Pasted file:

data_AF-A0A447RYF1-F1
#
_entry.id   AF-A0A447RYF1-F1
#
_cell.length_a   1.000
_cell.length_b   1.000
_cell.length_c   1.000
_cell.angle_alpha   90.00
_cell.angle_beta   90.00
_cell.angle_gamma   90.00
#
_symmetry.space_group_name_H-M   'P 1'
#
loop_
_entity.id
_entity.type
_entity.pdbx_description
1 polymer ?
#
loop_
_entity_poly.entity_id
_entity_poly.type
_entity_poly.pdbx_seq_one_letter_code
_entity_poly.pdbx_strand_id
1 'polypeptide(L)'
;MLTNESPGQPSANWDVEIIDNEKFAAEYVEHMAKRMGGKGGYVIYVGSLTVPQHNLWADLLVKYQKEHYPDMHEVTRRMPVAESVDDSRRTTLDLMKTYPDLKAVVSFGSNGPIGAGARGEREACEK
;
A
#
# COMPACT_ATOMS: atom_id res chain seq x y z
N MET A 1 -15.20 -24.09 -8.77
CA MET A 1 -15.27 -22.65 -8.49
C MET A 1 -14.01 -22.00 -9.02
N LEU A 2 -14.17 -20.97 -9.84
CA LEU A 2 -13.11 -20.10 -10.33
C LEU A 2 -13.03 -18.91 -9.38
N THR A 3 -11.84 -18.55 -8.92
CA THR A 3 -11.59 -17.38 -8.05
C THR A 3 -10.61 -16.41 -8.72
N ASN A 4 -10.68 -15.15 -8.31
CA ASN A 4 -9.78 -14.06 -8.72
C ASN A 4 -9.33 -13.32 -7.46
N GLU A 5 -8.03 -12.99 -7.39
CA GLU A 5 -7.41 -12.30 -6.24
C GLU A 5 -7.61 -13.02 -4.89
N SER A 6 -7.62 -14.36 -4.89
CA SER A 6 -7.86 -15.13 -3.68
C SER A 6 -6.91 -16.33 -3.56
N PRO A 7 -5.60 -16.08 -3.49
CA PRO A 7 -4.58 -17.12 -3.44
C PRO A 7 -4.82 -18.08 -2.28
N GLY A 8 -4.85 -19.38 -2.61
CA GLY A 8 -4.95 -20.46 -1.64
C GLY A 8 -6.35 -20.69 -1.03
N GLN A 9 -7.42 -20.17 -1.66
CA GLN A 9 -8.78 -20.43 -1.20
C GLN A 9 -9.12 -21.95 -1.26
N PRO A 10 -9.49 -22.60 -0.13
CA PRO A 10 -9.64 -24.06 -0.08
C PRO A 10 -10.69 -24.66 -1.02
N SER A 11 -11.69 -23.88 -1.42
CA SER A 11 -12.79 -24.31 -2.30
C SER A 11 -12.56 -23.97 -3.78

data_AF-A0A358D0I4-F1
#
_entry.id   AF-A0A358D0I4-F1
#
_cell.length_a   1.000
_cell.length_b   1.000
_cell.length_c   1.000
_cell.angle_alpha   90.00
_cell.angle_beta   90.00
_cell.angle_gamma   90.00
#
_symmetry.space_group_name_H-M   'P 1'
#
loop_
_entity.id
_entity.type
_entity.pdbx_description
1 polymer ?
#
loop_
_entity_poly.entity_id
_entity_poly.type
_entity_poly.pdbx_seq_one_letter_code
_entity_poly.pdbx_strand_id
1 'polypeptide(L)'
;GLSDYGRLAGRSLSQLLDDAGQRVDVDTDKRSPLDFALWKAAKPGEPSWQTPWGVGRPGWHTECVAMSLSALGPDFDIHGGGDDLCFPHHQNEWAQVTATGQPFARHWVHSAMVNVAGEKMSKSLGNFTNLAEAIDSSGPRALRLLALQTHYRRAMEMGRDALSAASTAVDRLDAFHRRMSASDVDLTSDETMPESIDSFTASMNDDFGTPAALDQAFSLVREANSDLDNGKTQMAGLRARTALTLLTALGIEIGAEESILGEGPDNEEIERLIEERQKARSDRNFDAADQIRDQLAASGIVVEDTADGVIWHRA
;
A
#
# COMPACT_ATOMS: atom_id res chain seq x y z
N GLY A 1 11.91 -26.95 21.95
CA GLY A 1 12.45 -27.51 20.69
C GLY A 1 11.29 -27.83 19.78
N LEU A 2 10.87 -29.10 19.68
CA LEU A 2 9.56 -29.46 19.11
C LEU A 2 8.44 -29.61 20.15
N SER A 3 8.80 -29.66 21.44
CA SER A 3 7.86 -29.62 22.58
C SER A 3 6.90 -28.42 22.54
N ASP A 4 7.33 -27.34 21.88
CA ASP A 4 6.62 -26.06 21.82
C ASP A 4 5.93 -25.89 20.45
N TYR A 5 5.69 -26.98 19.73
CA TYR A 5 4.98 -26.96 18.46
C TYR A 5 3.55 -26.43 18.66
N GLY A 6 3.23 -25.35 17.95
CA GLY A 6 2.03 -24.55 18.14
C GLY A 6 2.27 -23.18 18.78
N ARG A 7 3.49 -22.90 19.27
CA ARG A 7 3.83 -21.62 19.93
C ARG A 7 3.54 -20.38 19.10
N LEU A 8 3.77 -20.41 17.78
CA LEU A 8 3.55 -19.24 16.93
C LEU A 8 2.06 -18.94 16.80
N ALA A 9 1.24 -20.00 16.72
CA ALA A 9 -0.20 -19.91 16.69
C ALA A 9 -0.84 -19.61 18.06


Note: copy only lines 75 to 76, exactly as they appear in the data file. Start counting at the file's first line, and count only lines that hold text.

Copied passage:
_symmetry.space_group_name_H-M   'P 1'
#